Amos Arber of the Albuquerque Water Authority reminded us in his Gardening Seminar that a mature shade tree needs 300 gallons of water a week during the hottest part of the year, and WE NEED THOSE TREES in our urban forest. As Albuquerque reduced its per capita water use by 50% over the past twenty years, a lot of lawns were replaced with xeriscaping, and a lot of trees suffered because the sprinklers on that grass were their primary water source. We highly recommend you spend some time on 505outside.com to learn more about watering and the treebates available from Albuquerque Water Authority.
We're going to expand on this topic at the bottom of this article so your eyes won't glaze over before you get to the more exciting stuff. We're going to do math.
The More Exciting Stuff
While most local plant retailers have reduced or stopped adding new stock, Jericho is keeping the pedal to the metal. We have such a long growing season that you have months to enjoy the color of annuals, and plenty of time to bring a bountiful harvest of vegetables. Trees and shrubs add greenery and color you can enjoy immediately; just water, water, water during the hottest months. Here's a list of what we received in stock this week:
Althea, in bloom
Bamboo, 10’ tall in 5gal and 10gal pots
Blue Mist Spirea (Caryopteris)
Crape Myrtle, in bloom
Emerald Arborvitae, a tall tight windscreen when planted in multiples
European Mountain Ash
Lavender, in bloom
Perennials, including Monrovia quality
Purple Fountain Grass, nicest of the year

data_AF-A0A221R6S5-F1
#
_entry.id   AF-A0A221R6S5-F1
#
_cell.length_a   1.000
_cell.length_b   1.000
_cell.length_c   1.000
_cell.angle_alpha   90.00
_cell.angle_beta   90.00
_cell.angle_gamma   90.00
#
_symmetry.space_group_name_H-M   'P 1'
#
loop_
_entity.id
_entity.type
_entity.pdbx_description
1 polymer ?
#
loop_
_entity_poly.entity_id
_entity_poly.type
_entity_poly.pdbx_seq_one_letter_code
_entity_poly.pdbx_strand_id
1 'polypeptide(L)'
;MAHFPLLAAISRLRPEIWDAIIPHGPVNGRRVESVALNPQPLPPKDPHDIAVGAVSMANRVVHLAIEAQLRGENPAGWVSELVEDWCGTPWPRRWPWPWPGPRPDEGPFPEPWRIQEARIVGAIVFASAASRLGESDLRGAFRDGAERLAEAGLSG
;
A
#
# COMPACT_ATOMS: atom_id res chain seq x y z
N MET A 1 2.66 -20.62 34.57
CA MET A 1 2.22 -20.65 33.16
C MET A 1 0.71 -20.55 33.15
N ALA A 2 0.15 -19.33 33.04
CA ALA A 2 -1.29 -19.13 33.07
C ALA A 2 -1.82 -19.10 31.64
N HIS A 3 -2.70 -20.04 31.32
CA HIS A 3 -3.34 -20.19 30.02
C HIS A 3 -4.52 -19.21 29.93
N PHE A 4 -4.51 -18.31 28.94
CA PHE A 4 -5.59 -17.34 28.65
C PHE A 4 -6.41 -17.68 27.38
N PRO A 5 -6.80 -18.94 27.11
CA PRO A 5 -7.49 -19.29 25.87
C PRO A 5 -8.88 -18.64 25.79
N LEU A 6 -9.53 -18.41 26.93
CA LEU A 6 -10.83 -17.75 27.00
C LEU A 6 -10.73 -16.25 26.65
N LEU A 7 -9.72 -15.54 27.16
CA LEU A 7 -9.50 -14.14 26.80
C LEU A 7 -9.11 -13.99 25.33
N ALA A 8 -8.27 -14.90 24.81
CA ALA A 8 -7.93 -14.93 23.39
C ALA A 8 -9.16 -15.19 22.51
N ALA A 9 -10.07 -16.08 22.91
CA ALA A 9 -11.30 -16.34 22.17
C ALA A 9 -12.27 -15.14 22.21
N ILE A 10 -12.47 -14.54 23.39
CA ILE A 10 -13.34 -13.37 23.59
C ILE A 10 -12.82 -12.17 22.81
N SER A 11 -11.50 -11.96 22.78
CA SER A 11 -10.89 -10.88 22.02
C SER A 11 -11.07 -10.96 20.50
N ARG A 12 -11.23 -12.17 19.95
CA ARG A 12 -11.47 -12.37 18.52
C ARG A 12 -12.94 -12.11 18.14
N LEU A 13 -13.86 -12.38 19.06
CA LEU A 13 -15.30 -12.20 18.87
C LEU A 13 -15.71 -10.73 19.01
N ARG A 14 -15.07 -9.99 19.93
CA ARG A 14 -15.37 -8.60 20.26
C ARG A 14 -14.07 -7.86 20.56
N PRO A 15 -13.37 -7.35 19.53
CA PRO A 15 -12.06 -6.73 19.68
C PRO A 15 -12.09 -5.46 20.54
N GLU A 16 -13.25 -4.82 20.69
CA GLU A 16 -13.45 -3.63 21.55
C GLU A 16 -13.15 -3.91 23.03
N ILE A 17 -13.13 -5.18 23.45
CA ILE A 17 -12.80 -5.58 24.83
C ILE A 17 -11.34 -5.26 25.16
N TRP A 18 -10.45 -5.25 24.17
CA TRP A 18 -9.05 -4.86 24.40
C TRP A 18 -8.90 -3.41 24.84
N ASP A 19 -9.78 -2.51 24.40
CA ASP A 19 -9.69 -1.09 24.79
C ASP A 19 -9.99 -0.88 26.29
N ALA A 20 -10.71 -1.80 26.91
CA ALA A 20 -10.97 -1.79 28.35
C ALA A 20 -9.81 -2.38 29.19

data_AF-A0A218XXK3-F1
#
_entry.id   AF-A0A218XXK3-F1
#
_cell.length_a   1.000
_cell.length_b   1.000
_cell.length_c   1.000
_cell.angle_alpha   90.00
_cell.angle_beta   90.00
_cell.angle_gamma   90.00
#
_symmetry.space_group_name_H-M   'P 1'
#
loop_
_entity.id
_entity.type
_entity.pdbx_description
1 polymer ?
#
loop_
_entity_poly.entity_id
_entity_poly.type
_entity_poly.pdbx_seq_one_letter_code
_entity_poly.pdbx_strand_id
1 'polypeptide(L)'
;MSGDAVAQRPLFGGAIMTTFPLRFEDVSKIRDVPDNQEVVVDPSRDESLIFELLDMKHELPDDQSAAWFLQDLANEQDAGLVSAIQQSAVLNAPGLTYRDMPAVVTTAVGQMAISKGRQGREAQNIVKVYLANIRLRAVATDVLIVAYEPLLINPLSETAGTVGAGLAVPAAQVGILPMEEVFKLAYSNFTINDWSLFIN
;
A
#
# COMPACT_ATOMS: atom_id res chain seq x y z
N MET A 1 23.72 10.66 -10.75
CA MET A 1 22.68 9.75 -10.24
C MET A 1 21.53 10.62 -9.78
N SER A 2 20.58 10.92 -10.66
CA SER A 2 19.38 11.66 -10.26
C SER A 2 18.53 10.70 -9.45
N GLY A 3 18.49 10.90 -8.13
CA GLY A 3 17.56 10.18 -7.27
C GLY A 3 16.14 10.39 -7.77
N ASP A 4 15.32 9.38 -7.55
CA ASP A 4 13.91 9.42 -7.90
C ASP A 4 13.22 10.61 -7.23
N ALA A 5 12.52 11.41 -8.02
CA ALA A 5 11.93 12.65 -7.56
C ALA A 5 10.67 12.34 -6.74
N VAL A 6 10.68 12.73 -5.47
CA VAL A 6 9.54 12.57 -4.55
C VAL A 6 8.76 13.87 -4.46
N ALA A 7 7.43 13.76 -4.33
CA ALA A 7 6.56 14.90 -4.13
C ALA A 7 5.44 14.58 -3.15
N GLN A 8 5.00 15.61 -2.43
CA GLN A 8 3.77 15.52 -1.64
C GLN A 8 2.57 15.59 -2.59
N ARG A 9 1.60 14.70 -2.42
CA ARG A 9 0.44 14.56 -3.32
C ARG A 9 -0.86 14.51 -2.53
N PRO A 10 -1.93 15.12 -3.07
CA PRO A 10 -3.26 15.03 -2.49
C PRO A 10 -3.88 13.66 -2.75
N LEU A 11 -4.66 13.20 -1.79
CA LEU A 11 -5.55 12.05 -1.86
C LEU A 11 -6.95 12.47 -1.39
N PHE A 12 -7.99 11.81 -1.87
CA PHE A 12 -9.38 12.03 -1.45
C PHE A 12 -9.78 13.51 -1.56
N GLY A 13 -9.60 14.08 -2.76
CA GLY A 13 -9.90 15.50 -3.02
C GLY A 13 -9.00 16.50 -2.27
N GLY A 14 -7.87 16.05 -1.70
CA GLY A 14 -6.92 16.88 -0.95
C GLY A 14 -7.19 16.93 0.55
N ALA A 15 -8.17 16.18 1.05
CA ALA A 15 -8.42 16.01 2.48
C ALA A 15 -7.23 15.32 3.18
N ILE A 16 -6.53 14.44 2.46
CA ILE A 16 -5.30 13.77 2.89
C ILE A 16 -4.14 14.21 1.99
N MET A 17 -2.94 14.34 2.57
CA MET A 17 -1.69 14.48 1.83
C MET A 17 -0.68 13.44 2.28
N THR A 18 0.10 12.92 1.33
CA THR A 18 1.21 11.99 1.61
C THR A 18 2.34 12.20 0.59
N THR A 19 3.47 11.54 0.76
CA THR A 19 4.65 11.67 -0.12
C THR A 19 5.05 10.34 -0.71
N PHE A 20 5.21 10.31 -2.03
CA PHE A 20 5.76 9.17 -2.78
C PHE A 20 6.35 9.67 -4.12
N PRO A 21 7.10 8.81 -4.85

AND LOTS + MORE, LOADS OF BLOOMING!
If you need some inspiration...
Hang on to your receipt!
A lot of us only save receipts for tax deductions, but our cashier's will be reminding you to do so as you take your plants to your vehicle. Please don't be offended if one of our Gardening Angels asks to see it. We've upgraded our security protocols. Smile.
How much emitter tubing do you need to give a mature shade tree 300 gallons of water in a week? The simple math is close enough: multiply the diameter of the drip line of the tree by three. For example, a tree with a 20 foot diameter drip line needs 60 feet of emitter tubing. Just like in high school, a good science class also has a lab, so here’s the lab session.
This tubing actually has emitters molded in during the manufacturing process. Don’t worry about what the emitter is “rated”, do your own test. After everything is hooked up, turn on your system and catch the water from one emitter in a measuring cup. Note how many minutes it took to fill the cup. There are 16 cups in a gallon, so multiply that figure by 16 and you’ll know how long it takes for one emitter to drip a gallon. In our experiment, it took 8 minutes to fill a cup, so it would take 16x8 or 128 minutes to drip a gallon, so we are actually getting half a gallon per hour per emitter. With 60 emitters (they are 1 foot apart), that’s 30 gallons per hour. In this example, providing 300 gallons a week to this tree means setting the timer to deliver to that circuit for ten hours a week. Have your eyes glazed over yet? Or are you looking for a measuring cup RIGHT NOW?
Many complex multi-zone sprinkler systems just can't keep up with such demand, however. Just do the best you can do with what you have. Tubing like this is available from local irrigation supply stores, like Ewing (5701 Wilshire Avenue) and Just Sprinklers.
We have a LOT on sale this week - be sure to check out our Specials Page.
As always, we value your business and hope this article brought some value to YOU.
Richard, Jennifer,and Your Gardening Angels